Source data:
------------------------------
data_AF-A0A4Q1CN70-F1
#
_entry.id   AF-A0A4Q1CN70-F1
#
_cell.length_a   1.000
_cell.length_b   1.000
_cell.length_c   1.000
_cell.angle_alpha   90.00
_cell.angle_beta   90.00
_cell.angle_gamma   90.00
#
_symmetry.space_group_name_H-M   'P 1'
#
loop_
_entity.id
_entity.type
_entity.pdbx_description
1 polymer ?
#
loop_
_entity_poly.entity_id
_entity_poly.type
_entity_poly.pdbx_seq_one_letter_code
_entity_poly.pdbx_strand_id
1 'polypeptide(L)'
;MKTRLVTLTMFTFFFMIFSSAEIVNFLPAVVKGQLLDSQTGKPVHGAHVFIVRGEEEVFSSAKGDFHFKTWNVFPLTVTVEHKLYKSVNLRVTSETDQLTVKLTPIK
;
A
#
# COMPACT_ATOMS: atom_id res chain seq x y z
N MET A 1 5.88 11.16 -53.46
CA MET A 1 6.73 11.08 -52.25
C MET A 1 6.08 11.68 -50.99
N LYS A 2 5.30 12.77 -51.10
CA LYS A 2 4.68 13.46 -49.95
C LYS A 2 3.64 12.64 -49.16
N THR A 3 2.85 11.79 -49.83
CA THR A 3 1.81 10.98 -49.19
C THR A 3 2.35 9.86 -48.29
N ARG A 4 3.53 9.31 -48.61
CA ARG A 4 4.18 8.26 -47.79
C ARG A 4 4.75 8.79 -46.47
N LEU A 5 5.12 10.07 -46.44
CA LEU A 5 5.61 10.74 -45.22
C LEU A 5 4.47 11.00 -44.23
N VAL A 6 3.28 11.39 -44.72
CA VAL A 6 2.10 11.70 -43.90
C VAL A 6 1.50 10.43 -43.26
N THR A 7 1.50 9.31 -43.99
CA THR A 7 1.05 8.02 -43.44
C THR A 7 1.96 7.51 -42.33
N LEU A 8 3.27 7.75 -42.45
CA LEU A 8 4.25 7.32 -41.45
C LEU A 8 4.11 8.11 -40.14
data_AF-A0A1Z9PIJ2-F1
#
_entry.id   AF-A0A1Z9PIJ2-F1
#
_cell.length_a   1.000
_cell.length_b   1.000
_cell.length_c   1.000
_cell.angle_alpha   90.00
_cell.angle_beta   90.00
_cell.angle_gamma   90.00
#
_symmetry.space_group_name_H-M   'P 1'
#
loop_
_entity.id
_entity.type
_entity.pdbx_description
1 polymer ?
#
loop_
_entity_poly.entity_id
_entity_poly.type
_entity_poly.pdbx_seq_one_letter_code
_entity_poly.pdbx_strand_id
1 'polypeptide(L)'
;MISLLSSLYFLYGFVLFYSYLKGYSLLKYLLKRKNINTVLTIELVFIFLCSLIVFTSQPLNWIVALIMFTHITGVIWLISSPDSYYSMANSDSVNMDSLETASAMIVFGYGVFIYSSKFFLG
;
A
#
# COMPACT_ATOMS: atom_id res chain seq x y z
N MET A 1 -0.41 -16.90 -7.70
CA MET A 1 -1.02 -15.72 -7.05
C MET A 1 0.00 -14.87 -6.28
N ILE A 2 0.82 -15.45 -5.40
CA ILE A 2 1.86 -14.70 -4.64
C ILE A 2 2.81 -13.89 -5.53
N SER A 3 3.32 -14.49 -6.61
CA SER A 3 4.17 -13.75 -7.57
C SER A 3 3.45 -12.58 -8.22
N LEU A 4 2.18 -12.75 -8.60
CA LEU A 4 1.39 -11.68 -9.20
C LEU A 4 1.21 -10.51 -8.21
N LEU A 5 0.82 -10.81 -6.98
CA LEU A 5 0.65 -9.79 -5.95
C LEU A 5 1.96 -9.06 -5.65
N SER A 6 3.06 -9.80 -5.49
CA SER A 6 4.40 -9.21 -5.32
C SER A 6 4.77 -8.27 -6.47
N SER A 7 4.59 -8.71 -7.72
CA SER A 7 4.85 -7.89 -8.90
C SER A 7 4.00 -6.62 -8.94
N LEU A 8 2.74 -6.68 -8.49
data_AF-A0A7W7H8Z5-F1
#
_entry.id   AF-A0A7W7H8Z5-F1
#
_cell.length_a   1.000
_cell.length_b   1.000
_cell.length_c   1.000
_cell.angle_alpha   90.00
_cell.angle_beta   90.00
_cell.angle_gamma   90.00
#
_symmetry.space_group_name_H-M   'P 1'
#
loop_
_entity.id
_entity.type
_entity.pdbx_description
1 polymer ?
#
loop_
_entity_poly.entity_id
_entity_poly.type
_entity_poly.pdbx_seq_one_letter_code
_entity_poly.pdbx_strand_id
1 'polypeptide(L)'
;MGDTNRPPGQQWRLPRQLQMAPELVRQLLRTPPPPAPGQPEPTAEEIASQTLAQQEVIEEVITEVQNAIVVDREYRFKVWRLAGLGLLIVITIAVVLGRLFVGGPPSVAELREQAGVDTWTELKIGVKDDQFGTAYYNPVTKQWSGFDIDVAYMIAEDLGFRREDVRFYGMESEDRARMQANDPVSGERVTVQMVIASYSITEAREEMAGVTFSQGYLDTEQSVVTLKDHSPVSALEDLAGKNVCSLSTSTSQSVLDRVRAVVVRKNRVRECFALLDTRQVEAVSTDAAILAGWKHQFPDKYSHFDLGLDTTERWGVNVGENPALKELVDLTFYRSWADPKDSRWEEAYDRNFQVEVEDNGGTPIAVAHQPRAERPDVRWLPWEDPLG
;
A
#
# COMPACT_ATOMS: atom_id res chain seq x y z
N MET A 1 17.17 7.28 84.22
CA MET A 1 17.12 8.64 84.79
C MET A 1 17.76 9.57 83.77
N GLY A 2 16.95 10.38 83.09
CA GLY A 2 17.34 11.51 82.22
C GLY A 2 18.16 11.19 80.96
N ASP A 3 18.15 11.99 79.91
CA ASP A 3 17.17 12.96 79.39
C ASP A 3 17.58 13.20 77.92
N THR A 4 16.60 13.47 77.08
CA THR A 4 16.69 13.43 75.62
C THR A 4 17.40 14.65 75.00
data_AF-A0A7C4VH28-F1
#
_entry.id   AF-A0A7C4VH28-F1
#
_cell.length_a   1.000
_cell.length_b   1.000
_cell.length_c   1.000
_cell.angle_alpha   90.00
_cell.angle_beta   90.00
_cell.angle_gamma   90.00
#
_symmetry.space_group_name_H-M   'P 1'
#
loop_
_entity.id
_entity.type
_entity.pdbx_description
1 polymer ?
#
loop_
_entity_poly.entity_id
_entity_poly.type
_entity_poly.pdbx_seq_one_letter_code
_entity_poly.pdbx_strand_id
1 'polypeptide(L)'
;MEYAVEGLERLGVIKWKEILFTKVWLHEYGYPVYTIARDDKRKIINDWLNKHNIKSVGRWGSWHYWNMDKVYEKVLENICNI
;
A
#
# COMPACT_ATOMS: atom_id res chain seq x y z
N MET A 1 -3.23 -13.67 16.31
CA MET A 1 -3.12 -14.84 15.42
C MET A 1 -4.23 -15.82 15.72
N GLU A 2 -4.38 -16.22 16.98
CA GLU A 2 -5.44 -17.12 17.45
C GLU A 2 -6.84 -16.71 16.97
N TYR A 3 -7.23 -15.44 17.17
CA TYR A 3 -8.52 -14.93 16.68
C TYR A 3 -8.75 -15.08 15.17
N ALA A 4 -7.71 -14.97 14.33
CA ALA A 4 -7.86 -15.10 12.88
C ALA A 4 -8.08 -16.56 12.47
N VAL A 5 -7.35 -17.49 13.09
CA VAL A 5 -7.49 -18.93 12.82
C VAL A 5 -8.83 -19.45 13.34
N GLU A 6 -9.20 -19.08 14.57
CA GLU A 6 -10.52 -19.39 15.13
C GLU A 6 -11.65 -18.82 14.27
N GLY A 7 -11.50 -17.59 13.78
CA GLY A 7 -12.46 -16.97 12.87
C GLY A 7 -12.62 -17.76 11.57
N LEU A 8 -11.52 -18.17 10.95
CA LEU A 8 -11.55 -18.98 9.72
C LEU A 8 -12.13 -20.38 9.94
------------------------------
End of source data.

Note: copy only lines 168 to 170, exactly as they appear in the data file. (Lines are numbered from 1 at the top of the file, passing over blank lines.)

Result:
loop_
_entity_poly.entity_id
_entity_poly.type